Is Gerald McCoy deserving of The Ring of Honor?


As news of Ronde Barber being the next player inducted into the Tampa Bay Buccaneers Ring of Honor this fall, a hot topic is who should be next? With his time as a Buc over with, is it too soon to contemplate six-time Pro Bowler Gerald McCoy?

Running back James Wilder, linebackers Hardy Nickerson and Richard “Batman” Wood are on the short list of old school Bucs. One would hope Wilder, Nickerson, and Wood are inducted sooner than later given time passed since retirement. It appears, however, that the organization is inducting chronologically; should that order continue, they will have been overlooked.

Former General Manager Rich McKay and legendary defensive coordinator Monte Kiffin are both names who should be rightfully considered for the ROH.

Running back Warrick Dunn, defensive end Simeon Rice, and receiver Vincent Jackson are a few retired players that come to mind from rosters of the past decade. While his stats don’t necessarily warrant induction, some might even argue Anthony “Booger” McFarland could be honored, due to his likability factor. Mike Evans, with five consecutive 1,000+ yard seasons and 40 touchdowns thus far in his career, is a shoo-in when his time comes.

McCoy For The ROH?

When Gerald McCoy’s time comes, it begs the question: has the newly departed defensive tackle left a legacy that will deem him deserving of a swing at the Ring?

The wound of losing a beloved player such as McCoy is still fresh. Depending on your stance on the way things ended for him in Tampa, the answer could go either way.

Barber, the 13th player invited into this esteemed group, will join five of his 2002 Super Bowl contemporaries Mike Alstott, Derrick Brooks, Jon Gruden, John Lynch, and Warren Sapp.

Sapp, who left Tampa Bay for Oakland via free agency in 2003 and retired from the league in 2007, became the fifth player inducted in 2013.

Will McCoy eventually follow his mentor’s footsteps into the Ring?

Comparing McCoy & Sapp

Since Sapp was the last DT inducted, it’s logical to compare McCoy to Sapp in search of an educated answer as to whether McCoy will find himself inducted.

Both players spent an illustrious nine seasons with the Bucs. So let’s analyze how McCoy’s stats stack up against his distinguished predecessor.

Impact plays – total tackles, tackles for loss, sacks, forced fumbles, passes defended, and quarterback hits – are critical to a defensive player’s career.


There’s no record for QB hits for Sapp as a Buc, as this stat was not officially kept by the NFL until 2006. Sapp was on the downside of his career by then, but did have 17 QB hits in 2006 and five in 2007 for the Raiders. Bestowed the nickname “Quarterback Killa,” those who watched Sapp know he showed QBs no mercy. Had the NFL kept that stat while Sapp was a Buccaneer, it’s likely he would have surpassed McCoy’s 140 QB hits.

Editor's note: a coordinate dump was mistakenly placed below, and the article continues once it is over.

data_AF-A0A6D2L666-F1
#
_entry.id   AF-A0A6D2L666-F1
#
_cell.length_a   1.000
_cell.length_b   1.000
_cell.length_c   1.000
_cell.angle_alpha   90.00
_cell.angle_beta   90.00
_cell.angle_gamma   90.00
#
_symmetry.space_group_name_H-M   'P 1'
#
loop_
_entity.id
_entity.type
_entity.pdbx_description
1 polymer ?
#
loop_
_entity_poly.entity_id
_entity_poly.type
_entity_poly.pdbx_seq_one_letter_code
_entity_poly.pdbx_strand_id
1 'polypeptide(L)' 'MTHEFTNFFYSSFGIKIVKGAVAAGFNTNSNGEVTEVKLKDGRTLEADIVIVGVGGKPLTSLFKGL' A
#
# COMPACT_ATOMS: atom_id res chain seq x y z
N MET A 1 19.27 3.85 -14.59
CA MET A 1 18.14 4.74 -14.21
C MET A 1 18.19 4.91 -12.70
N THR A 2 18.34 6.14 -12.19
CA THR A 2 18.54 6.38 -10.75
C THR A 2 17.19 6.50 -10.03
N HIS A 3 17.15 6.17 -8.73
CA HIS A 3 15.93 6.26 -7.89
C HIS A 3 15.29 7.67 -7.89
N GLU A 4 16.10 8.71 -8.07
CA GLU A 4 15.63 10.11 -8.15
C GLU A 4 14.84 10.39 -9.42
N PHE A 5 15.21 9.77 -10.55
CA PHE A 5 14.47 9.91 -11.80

This stat was not officially tracked until 1999. Sapp had 15 (1999-2003) and McCoy, 22. Sapp averaged three passes defended per season; pacing that average retroactively would’ve given Sapp an estimated 27.

But in other impact plays, here’s how the two compare:


  • McCOY
    296 (218 solo)/79 (TFL)
  • SAPP
    400 (307 solo)/64 (TFL)


  • McCOY
    54.5 (led team 4x)
  • SAPP
    77 (led team 4x)


  • McCOY
  • SAPP

Gerald McCoy impact plays

Warren Sapp impact plays
* stat not kept by NFL until 1999
** stat not kept by NFL until 2006
*** stat not kept by NFL until 1999

When McCoy was drafted third overall in 2010, the defense had been desperately seeking that knockout force the Bucs lacked at defensive tackle after Sapp went to Oakland. Since he arrived in the league, McCoy has been one of the best interior defensive linemen. For the Bucs, he played in 123 of 144 games and racked up 54.5 sacks, 296 combined tackles, 79 tackles for loss, and 140 quarterback hits. He’s fourth in sacks among defensive tackles since 2010 behind Geno Atkins, Aaron Donald, and newest Buc Ndamukong Suh.

Did McCoy Do Enough?

With all the talent McCoy brought to Tampa Bay, it was still not enough, and he was not too humble to admit so.

McCoy was the light in the dark of a bad defense, but never shined bright enough to help lead the team to the Promised Land. During his Tampa tenure, the Bucs best total defense ranking came in 2010, McCoy’s rookie season. He did not meet initial expectations; missing 13 games his rookie and sophomore seasons due to biceps injuries. The defense averaged a dismal 23rd placement and an equally unimpressive record of 52-92.

In usual Sapp style, he made his feelings known on the subject of recent Bucs defense.

As the saying goes, there’s no I in team. However, it seems that for all the talent that McCoy had, it wasn’t enough to help the team win games. McCoy never had the luxury of a high-caliber supporting cast; whereas, Sapp had stars Brooks, Barber, Lynch, and Rice around him to make him stronger, and helped lead the team to an 80-64 record. Additionally, coaches Dungy and Gruden are Bucs legends. It’s worth noting that previous inductees Leroy Selmon (1976-1984) and Paul Gruber (1988-1999) played for bad teams, 44-88-1 and 77-115, respectively.

McCoy didn’t make the team better, and for all his potential, his numbers aren’t all that astounding. While he’s not Hall of Fame worthy, he is deserving of a Ring of Honor nod because of his contributions to the team and the community.